Future of North Wales coronavirus field hospitals set to become clearer this week
The future of three coronavirus field hospitals set up in North Wales looks set to become clearer this week.
The so-called “rainbow hospitals” located at Deeside Leisure Centre, Queensferry, Venue Cymru, Llandudno and Bangor University were completed in April to provide extra bed spaces for COVID-19 patients.
However, so far they have not been required with most cases dealt with at the region’s three main hospitals – Wrexham Maelor, Glan Clwyd and Ysbyty Gwynedd.
The Welsh Government has been carrying out a review of field hospitals across the country which has recently been completed by officials.
While there is a possibility that some might be decommissioned, Health Minister Vaughan Gething said it was more likely most would be kept mothballed.
It came as he warned of the risk of a second wave of the virus hitting the health system during the winter.
When questioned about the facilities during a press briefing with North.Wales and other regional media, Mr Gething said: “I expect to issue a statement on that in the next week and that will both give us an indication of how we can make use of that capacity to help the current running of the health service as we’re looking to restart more normal activity.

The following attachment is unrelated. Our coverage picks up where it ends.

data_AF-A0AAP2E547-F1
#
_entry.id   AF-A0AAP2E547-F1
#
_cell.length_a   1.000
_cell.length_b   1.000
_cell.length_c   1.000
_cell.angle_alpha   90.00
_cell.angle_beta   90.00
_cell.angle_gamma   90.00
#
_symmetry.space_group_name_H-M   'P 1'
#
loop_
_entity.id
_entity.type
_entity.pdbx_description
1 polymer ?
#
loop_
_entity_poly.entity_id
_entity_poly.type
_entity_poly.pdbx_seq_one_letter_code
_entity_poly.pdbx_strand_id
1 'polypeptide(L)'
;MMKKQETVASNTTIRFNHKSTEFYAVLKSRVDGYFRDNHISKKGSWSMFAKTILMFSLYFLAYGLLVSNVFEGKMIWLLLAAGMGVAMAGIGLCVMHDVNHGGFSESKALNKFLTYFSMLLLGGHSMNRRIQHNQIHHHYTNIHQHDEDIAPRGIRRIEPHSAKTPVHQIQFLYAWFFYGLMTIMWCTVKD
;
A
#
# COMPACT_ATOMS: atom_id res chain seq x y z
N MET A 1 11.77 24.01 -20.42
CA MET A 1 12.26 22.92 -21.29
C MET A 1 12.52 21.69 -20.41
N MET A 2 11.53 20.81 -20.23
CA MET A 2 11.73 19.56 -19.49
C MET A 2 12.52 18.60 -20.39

“It will also allow me to make decisions about how much of that capacity we keep mothballed as opposed to decommissioned in preparation for the autumn and the winter.
“We always talk about preparing for winter and every year we need to do extraordinary things in the health care system because we care for large numbers of really sick people coming into our system.
“That’s a normal winter flu season, whereas now we know coronavirus is almost certainly still going to be circulating.”
Last week, two large oxygen tanks were installed at the Ysbyty Enfys/Rainbow Hospital site at Venue Cymru.
It is understood the 20ft tanks would supply oxygen to patients recovering from the novel coronavirus strand if a second tranche of infections were to hit the area.
The hospitals could also be used for treating less serious cases still needing hospital treatment.
Mr Gething reiterated that removing all of the field hospitals outright would not be a sensible move as a result of the lack of a vaccine to immunise people against the virus.
He said: “Nobody should bank on there being effective antiviral treatments or a vaccine to save us from the difficulties of winter.
“We know from other parts of the world that where winter is starting in other parts of the countries, they’re starting to see an uptick in the coronavirus as well, so the risks are very real.
“That’s why we have to plan now for the winter as we would do normally
“No-one should expect our whole field hospital operation to be dismantled.
“We should expect that to be in place because the worst thing that any government could do would be to dismantle those measures and then have to reconstruct them when a second wave has actually started.”
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